Let's start by agreeing that the terms Native Advertising and Content Marketing are terribly misused. Defining the difference between the two is splitting hairs: Content Marketing vs. Native Advertising. According to the article: "The main distinction [between the two] is that content marketers are aiming to build long-term trust, consistently providing value for readers without asking for anything in return, while most often the goal of native advertising is to have the reader purchase a product or service before obtaining this valuable content."
It seems the fundamental misunderstanding of what Native Advertising is all about is the fact that it is a paid form of content distribution, so people automatically assume: "If I am paying money for it -- I might as well plug in my sales pitch". Wrong!
At this point I think most marketers would agree that Native Advertising is a channel for content distribution -- be that sponsored content integration on a publisher's site, or in-stream native advertisements promoting branded content that is hosted on an advertiser's web property. And if we are talking content, since when is it okay to make some content 'salesy,' while keeping other content 'more authentic and less self-interested?'
The same consumers engage with the content, regardless of where it is placed. So why jeopardize a brand's voice and consumer trust by treating content quality differently, depending on whether it reaches consumers through a paid versus organic channel? The perceived need to push an agenda if content goes through a paid channel is erroneous.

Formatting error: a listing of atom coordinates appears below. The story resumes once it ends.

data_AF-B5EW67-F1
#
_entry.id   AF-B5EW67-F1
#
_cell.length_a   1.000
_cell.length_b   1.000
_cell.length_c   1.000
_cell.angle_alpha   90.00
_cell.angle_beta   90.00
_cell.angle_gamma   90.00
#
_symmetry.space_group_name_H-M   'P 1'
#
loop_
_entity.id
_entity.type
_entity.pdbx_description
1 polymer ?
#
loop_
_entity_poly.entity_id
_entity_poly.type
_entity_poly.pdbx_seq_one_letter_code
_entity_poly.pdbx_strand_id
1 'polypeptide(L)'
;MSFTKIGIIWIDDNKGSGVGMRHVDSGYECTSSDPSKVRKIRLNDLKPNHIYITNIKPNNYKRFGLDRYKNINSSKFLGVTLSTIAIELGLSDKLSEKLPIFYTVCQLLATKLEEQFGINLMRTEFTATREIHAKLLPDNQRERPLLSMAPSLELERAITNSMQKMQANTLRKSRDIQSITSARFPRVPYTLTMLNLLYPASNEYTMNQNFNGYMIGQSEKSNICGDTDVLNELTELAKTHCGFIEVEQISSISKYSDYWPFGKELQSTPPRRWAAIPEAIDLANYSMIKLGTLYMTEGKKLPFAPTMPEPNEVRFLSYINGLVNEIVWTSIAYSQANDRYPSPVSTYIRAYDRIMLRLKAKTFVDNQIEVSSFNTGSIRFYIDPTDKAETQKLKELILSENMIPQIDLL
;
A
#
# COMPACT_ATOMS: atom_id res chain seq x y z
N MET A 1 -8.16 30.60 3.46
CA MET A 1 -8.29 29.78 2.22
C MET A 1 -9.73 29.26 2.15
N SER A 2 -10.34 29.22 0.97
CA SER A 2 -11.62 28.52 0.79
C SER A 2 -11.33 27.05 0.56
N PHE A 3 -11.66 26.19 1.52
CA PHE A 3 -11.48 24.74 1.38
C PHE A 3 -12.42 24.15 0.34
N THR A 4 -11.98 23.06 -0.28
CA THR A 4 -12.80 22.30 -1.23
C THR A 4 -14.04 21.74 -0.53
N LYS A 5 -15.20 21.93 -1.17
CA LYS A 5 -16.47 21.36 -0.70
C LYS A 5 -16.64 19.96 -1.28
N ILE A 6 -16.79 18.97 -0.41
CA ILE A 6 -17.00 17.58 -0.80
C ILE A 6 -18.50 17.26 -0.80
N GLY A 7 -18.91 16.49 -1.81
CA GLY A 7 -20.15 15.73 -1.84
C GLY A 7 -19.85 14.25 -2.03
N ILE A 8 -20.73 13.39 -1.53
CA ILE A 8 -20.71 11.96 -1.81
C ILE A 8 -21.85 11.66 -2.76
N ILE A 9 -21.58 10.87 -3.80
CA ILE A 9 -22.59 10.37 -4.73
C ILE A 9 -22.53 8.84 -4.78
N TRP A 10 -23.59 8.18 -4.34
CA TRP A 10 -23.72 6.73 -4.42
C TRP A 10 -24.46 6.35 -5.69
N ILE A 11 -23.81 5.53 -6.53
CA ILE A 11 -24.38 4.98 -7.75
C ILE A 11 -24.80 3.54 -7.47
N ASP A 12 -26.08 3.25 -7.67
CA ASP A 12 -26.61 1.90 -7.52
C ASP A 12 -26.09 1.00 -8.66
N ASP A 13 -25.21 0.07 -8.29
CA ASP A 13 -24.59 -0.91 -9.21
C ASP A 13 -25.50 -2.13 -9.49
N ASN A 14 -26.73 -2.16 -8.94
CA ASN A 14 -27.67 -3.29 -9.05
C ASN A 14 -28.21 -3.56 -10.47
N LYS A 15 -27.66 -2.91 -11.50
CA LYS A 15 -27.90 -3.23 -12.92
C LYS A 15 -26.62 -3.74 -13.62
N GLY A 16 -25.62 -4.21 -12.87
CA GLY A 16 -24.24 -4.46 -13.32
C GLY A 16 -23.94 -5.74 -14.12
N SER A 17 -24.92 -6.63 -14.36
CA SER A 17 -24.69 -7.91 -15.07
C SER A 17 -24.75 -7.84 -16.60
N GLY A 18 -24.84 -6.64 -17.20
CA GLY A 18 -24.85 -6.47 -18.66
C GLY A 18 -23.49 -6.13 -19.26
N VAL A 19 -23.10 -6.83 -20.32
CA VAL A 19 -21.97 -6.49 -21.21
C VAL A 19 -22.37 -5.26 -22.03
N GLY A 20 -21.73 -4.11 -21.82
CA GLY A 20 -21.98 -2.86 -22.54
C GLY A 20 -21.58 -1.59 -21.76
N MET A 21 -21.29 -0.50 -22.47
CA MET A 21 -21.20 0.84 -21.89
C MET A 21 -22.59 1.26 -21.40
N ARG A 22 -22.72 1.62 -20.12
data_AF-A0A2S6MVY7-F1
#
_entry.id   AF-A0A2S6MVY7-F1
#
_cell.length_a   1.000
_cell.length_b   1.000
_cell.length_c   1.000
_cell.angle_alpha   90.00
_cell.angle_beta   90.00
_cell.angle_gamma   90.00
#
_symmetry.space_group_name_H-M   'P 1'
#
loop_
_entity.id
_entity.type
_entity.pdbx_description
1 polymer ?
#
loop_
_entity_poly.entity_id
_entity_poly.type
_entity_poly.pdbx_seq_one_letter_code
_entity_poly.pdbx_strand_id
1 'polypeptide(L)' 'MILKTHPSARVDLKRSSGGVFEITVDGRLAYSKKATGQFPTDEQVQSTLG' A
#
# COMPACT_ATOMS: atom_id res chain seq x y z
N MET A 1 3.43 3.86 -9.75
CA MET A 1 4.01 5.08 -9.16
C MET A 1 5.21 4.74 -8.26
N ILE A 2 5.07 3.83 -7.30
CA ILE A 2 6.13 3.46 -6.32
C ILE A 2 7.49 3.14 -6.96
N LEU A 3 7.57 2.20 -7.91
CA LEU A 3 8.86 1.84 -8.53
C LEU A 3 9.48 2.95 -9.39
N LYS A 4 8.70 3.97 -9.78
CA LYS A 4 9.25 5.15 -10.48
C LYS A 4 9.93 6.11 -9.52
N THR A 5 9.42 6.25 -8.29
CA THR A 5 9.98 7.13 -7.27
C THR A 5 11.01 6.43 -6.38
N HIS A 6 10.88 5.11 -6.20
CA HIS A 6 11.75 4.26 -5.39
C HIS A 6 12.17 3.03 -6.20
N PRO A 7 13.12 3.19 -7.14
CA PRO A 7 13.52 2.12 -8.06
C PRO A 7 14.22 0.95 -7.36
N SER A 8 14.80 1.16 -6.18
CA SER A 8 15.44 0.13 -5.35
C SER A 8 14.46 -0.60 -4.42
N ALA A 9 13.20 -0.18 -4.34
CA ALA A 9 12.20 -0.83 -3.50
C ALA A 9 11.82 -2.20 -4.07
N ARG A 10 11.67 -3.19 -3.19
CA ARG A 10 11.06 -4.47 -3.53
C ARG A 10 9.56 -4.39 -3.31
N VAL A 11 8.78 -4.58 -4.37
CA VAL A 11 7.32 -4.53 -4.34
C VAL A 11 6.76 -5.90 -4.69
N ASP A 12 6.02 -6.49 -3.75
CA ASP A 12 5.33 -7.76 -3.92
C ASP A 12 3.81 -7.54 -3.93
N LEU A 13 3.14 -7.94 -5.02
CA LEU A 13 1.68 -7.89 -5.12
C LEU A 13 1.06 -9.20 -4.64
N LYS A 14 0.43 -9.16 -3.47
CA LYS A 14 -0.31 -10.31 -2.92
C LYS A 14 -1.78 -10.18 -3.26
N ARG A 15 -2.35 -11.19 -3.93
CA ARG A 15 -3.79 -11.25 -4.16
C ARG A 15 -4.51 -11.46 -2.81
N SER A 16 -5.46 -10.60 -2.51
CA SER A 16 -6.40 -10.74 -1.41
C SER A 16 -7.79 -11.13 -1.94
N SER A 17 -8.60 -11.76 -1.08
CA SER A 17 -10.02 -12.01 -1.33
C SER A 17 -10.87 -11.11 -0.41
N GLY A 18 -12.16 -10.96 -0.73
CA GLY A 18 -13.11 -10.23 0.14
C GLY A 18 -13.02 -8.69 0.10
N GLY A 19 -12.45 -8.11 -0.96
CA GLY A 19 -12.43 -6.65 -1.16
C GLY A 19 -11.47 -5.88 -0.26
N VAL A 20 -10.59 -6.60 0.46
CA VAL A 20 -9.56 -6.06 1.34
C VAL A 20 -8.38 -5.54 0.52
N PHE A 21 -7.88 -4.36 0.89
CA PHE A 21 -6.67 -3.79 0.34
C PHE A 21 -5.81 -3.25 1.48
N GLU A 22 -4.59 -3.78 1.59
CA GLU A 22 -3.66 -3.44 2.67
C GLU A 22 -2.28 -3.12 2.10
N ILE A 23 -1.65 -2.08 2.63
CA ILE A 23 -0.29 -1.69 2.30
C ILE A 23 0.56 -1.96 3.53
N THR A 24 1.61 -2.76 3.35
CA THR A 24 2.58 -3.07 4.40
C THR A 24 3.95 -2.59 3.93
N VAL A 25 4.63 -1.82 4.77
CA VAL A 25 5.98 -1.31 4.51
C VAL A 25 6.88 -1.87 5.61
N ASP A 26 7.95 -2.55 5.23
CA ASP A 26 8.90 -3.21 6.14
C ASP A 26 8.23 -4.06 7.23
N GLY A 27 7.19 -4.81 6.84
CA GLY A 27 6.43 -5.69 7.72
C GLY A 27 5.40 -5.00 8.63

"If you expect your customers to spend time with your content, you must deliver them amazing value. The more you talk about yourself, the less people will value your content." (Pulizzi, Joe. Epic Content Marketing) In fact, as Joe points out in his book, promotional posts deliver 25% social engagement rate of normal value-adding posts.
In one of Joe's recent posts he calls out WSJ for mistakenly using content marketing terms when describing native advertising. I agree with his suggestion that the two should work together. I personally believe that the two terms will merge in the coming years. Once brands realize that native advertising is not about masking a sales pitch in a publisher-like format, but rather about a new channel to deliver valuable content, the terms will really become one.